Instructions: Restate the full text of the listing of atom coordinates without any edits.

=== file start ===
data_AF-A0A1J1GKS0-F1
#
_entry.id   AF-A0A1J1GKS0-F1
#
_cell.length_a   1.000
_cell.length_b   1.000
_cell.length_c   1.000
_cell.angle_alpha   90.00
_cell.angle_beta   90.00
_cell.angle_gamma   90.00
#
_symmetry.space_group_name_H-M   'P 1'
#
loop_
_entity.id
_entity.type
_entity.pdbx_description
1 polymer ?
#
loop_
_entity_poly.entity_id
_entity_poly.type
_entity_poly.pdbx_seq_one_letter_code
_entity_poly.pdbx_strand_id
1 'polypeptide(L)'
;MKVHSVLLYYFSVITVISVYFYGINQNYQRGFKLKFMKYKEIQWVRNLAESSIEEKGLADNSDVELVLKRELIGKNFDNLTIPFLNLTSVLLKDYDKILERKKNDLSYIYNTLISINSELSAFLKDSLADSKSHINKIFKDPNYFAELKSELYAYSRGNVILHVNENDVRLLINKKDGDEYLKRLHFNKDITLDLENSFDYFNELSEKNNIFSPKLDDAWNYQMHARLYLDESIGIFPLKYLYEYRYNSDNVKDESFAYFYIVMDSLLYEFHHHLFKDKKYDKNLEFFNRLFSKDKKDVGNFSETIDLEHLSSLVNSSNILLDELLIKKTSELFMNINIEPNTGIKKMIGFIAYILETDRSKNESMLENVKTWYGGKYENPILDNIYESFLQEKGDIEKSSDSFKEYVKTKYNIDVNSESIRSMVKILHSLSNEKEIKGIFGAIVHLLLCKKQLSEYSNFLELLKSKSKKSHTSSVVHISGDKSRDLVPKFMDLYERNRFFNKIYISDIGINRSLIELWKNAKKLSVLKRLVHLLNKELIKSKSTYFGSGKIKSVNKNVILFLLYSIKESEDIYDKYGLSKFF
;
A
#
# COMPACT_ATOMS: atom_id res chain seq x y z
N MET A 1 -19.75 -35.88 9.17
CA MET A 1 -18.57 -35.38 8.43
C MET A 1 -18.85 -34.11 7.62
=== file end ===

data_AF-A0A1J1GKS0-F1
#
_entry.id   AF-A0A1J1GKS0-F1
#
_cell.length_a   1.000
_cell.length_b   1.000
_cell.length_c   1.000
_cell.angle_alpha   90.00
_cell.angle_beta   90.00
_cell.angle_gamma   90.00
#
_symmetry.space_group_name_H-M   'P 1'
#
loop_
_entity.id
_entity.type
_entity.pdbx_description
1 polymer ?
#
loop_
_entity_poly.entity_id
_entity_poly.type
_entity_poly.pdbx_seq_one_letter_code
_entity_poly.pdbx_strand_id
1 'polypeptide(L)'
;MKVHSVLLYYFSVITVISVYFYGINQNYQRGFKLKFMKYKEIQWVRNLAESSIEEKGLADNSDVELVLKRELIGKNFDNLTIPFLNLTSVLLKDYDKILERKKNDLSYIYNTLISINSELSAFLKDSLADSKSHINKIFKDPNYFAELKSELYAYSRGNVILHVNENDVRLLINKKDGDEYLKRLHFNKDITLDLENSFDYFNELSEKNNIFSPKLDDAWNYQMHARLYLDESIGIFPLKYLYEYRYNSDNVKDESFAYFYIVMDSLLYEFHHHLFKDKKYDKNLEFFNRLFSKDKKDVGNFSETIDLEHLSSLVNSSNILLDELLIKKTSELFMNINIEPNTGIKKMIGFIAYILETDRSKNESMLENVKTWYGGKYENPILDNIYESFLQEKGDIEKSSDSFKEYVKTKYNIDVNSESIRSMVKILHSLSNEKEIKGIFGAIVHLLLCKKQLSEYSNFLELLKSKSKKSHTSSVVHISGDKSRDLVPKFMDLYERNRFFNKIYISDIGINRSLIELWKNAKKLSVLKRLVHLLNKELIKSKSTYFGSGKIKSVNKNVILFLLYSIKESEDIYDKYGLSKFF
;
A
#
# COMPACT_ATOMS: atom_id res chain seq x y z
N MET A 1 -19.75 -35.88 9.17
CA MET A 1 -18.57 -35.38 8.43
C MET A 1 -18.85 -34.11 7.62